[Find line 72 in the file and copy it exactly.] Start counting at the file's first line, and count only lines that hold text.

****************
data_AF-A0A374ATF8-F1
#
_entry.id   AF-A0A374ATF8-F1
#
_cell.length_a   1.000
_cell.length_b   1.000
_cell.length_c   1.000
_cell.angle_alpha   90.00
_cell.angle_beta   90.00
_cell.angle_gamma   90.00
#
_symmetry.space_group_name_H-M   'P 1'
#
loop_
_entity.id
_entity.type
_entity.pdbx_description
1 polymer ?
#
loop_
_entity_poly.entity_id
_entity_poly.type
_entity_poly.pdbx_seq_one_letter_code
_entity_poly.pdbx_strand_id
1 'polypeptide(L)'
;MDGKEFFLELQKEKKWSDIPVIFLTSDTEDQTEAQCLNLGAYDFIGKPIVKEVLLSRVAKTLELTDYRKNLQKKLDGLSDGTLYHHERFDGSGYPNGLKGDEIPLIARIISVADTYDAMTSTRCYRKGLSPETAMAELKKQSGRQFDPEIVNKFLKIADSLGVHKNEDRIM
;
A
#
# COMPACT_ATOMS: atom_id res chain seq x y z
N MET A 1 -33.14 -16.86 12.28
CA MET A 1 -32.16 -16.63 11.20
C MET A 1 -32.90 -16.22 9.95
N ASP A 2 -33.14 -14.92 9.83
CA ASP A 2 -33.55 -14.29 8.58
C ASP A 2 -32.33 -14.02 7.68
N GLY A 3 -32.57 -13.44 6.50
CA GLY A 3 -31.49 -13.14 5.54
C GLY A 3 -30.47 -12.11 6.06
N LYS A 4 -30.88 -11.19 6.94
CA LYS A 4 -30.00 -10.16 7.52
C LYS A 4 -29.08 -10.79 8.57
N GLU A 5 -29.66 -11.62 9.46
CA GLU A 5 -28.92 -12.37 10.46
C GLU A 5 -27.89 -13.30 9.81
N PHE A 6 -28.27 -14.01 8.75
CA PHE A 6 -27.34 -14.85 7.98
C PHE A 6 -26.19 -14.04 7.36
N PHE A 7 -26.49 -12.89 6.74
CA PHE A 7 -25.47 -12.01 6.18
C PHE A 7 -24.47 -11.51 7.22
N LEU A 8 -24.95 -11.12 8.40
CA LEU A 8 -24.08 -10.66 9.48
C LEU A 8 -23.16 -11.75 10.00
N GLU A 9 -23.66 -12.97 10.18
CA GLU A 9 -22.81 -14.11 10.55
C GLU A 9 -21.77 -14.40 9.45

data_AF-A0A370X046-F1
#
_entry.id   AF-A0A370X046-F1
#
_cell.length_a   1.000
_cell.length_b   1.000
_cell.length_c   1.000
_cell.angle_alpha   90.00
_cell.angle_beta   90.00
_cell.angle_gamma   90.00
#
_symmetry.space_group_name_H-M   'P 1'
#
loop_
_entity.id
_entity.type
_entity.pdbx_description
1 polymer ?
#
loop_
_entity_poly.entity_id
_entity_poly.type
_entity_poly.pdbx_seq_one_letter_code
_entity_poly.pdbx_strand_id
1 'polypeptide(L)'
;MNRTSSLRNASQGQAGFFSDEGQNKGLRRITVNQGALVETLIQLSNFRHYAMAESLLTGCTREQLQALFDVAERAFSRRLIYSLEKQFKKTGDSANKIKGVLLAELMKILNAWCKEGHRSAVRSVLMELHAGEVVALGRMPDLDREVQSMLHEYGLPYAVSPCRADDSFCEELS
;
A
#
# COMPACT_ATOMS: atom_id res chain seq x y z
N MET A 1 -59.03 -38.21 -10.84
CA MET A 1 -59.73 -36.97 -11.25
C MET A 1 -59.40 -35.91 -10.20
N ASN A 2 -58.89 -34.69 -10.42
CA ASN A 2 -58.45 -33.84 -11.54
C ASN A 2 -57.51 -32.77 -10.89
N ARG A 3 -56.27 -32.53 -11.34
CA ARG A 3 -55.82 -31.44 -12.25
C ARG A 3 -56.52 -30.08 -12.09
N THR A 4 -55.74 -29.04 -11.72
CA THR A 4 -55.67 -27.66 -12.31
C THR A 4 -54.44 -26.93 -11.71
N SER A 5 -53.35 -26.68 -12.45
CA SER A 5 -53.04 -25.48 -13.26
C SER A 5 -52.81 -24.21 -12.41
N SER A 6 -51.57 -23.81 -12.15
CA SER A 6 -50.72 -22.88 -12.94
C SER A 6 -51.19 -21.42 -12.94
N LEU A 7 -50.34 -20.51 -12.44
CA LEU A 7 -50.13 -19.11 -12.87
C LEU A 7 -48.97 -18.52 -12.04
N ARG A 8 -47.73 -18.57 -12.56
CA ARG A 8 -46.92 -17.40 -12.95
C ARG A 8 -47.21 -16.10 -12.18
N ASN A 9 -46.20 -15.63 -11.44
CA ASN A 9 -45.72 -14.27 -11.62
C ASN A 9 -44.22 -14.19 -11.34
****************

_entity.id